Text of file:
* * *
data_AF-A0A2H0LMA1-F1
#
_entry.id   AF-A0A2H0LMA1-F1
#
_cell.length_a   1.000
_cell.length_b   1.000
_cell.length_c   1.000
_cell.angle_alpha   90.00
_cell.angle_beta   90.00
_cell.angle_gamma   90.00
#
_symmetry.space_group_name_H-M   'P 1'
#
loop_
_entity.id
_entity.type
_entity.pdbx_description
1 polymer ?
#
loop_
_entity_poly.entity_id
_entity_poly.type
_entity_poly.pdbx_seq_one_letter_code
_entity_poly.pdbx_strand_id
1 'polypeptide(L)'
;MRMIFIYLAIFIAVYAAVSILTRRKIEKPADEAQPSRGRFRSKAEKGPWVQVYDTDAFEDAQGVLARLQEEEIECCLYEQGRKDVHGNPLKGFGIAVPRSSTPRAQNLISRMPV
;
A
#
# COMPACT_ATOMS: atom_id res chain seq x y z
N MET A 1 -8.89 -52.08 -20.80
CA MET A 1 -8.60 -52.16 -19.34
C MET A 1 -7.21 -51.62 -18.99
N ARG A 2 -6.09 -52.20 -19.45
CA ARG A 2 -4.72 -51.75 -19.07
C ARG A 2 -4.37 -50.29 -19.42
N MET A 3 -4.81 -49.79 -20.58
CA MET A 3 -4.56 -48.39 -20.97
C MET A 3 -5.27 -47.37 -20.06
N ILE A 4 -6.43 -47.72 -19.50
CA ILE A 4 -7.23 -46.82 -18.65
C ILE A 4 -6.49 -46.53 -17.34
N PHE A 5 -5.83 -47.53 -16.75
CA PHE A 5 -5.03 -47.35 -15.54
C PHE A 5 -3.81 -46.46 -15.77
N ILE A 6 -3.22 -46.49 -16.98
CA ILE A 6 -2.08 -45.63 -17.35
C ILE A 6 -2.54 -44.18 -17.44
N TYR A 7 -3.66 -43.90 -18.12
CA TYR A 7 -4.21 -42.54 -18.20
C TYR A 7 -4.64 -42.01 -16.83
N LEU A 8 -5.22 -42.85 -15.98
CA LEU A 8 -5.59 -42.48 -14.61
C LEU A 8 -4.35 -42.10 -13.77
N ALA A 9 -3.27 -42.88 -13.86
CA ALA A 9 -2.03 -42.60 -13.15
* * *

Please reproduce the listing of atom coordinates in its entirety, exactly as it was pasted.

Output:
data_AF-A0A2H0LMA1-F1
#
_entry.id   AF-A0A2H0LMA1-F1
#
_cell.length_a   1.000
_cell.length_b   1.000
_cell.length_c   1.000
_cell.angle_alpha   90.00
_cell.angle_beta   90.00
_cell.angle_gamma   90.00
#
_symmetry.space_group_name_H-M   'P 1'
#
loop_
_entity.id
_entity.type
_entity.pdbx_description
1 polymer ?
#
loop_
_entity_poly.entity_id
_entity_poly.type
_entity_poly.pdbx_seq_one_letter_code
_entity_poly.pdbx_strand_id
1 'polypeptide(L)'
;MRMIFIYLAIFIAVYAAVSILTRRKIEKPADEAQPSRGRFRSKAEKGPWVQVYDTDAFEDAQGVLARLQEEEIECCLYEQGRKDVHGNPLKGFGIAVPRSSTPRAQNLISRMPV
;
A
#
# COMPACT_ATOMS: atom_id res chain seq x y z
N MET A 1 -8.89 -52.08 -20.80
CA MET A 1 -8.60 -52.16 -19.34
C MET A 1 -7.21 -51.62 -18.99
N ARG A 2 -6.09 -52.20 -19.45
CA ARG A 2 -4.72 -51.75 -19.07
C ARG A 2 -4.37 -50.29 -19.42
N MET A 3 -4.81 -49.79 -20.58
CA MET A 3 -4.56 -48.39 -20.97
C MET A 3 -5.27 -47.37 -20.06
N ILE A 4 -6.43 -47.72 -19.50
CA ILE A 4 -7.23 -46.82 -18.65
C ILE A 4 -6.49 -46.53 -17.34
N PHE A 5 -5.83 -47.53 -16.75
CA PHE A 5 -5.03 -47.35 -15.54
C PHE A 5 -3.81 -46.46 -15.77
N ILE A 6 -3.22 -46.49 -16.98
CA ILE A 6 -2.08 -45.63 -17.35
C ILE A 6 -2.54 -44.18 -17.44
N TYR A 7 -3.66 -43.90 -18.12
CA TYR A 7 -4.21 -42.54 -18.20
C TYR A 7 -4.64 -42.01 -16.83
N LEU A 8 -5.22 -42.85 -15.98
CA LEU A 8 -5.59 -42.48 -14.61
C LEU A 8 -4.35 -42.10 -13.77
N ALA A 9 -3.27 -42.88 -13.86
CA ALA A 9 -2.03 -42.60 -13.15